Tech-Talent or Taking Shelter: Inside the Cayman Islands’ New Outsourcing Cluster

The next-generation of outsourcers could soon be relocating to a place most of us only hear about after the news of some high-profile tax scandal hits the morning …

The next-generation of outsourcers could soon be relocating to a place most of us only hear about after the news of some high-profile tax scandal hits the morning papers. With only 55,000 inhabitants, it doesn’t take long to realize that the Cayman Islands will never be Latin America’s BPO workhorse. Yet, this has not stopped real estate group Cayman City Enterprise from working with the local authority to build out a 50-acre business park catering to, among other niche industries, outsourced services firms.

Where the Islands lose out on human capital, they certainly win on a favorable enabling environment. The question is whether 100 percent tax exemptions will be enough to transform these British territorial isles into the new nerve center of Latin American outsourcing. Furthermore, we wonder what kind of signals the industry would be sending if tax avoidance – instead of tax relief – were to become standard practice.

Tax Havens Diversify Into New Sectors 

Exotic offshore locales in the Swiss Alps and the Caribbean doubling as tax havens have historically been finance and legal services territory. But the Cayman Islands were hit hard after the 2008 financial meltdown when the local hedge funds dissolved and law firms went belly up. So in an effort to revitalize the Cayman Islands’ tax haven economy, the local authority has granted permission for a new Special Economic Zone (SEZ) that will cater to smarter and tech-savvy industries.

Once completed, Cayman Enterprise City will be a shiny fifty-acre business park with all of the amenities favorable to IT, Media, Biotech, and outsourcing firms looking to complement their global growth strategy. The 100 percent exemption from income, corporate, and capital gains tax is only the beginning to the overall value proposition that the new park will offer. Under the SEZ, the cumbersome chore of filing work permit applications will be eliminated, as well the hefty import duty which companies must pay on things like office furniture, computers, and IT infrastructure.

Data Farms Possible, Contact Centers Not 

Duty-free servers and networking cables are another piece to the tax haven puzzle, particularly for internet companies and eCommerce firms that have done their accounting homework. The simplistic version of the formula is this: In order to qualify for tax exempt status, companies seeking shelter in places like the Cayman Islands must have their core IT infrastructure physically located there. Therefore, it stands to reason that even large outsourcing firms would be tempted to establish regional hubs in places like the Cayman Islands.

The question here is whether having offices in the Cayman Islands immediately raises red flags to clients and regulatory bodies, not to mention the public at large

So, are these tax friendly tech parks in direct competition with the free trade zones popping up in places like Costa Rica and Colombia? The answer is a definite no for high-volume BPO operations. About half of the people residing on the Cayman Islands are foreign nationals, meaning that they are either retired or had moved there for work. And while there are direct flights to most major cities, the Caymans are not a cheap place to live. According to the CIA Factbook, GDP per capita is 14th highest in the world. That makes for nice golf courses, but expensive employee housing.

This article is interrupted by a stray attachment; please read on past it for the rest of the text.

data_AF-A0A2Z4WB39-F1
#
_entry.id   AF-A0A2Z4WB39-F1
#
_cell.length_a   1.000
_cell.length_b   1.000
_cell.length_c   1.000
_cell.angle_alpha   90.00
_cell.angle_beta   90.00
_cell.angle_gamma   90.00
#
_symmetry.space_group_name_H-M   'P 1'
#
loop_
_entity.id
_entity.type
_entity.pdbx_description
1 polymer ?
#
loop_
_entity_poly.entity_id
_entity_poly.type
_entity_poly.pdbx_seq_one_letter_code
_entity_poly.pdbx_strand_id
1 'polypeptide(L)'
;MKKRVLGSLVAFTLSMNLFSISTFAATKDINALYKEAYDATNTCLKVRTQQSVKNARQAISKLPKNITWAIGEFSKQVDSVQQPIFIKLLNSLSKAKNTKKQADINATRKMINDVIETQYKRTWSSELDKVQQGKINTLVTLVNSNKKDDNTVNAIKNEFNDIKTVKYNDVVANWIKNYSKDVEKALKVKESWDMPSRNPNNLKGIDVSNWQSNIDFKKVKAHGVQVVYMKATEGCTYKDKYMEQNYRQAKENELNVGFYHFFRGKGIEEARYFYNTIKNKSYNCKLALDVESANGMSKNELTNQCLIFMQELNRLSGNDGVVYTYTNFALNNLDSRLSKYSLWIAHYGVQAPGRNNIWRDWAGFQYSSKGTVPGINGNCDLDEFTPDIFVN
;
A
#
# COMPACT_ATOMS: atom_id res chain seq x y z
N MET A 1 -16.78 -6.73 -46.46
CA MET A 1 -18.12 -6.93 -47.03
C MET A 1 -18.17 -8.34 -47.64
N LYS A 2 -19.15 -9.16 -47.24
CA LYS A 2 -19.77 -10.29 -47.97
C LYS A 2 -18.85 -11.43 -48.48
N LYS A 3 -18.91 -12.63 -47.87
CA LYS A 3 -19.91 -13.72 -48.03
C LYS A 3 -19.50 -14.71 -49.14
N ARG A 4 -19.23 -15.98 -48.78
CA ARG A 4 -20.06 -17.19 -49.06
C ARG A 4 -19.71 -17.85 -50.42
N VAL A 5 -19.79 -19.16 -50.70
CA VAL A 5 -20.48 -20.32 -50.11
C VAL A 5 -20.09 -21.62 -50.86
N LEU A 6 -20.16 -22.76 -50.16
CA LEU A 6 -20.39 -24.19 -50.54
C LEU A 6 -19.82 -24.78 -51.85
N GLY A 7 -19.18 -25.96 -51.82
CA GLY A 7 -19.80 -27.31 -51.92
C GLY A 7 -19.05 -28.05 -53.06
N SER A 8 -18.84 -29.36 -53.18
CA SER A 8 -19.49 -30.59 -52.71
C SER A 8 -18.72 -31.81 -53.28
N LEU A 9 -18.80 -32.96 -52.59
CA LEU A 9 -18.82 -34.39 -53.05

Modeled After Dubai’s Successes

Cayman Enterprise City is not the first of its kind. It was modeled after Dubai Media City which has been in operation since 2001 and hosts a range of media giants including CNN, the BBC, McGraw Hill, Sony, and the BBC. Given enough momentum, one could envision a scenario where big and small technology firms establish retreat-style centers of innovation and R&D facilities, and even potentially executive-level offices.

The Islands are officially a British overseas territory and abide by English common law, which, according to Hilary Cahill from CEC, reduces the market’s overall political risk profile that has all too often stigmatized – rightly or wrongly – other markets across the Americas. One huge risk factor is the weather as hurricanes tend to strike about once every two years. Bad weather has not stopped financial and legal services firms from locating there, but technology sensitive firms might want to do their due diligence before jumping in.

Tax Avoidance Could Raise Red Flags

There’s also a certain perception hurtle that the Islands must overcome. The question here is whether having offices in the Cayman Islands immediately raises red flags to clients and regulatory bodies, not to mention the public at large. While some of the world’s biggest banks including HSBC, Deutsche Bank, UBS, and Goldman and Sachs have operations on the Cayman Islands, being in the business of finance almost legitimizes their presence there.

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The concern is whether it would be smart for vendors to start getting in the habit of tax avoidance. The industry already has its own public image issues to deal with. Even though free trade zones are, according to Dwayne Prosko of Deloitte “like water to the industry,” the economic impacts rendered when 3,000 jobs are created justify the incentives. Moving house for tax benefits alone could be a bit more difficult to justify.

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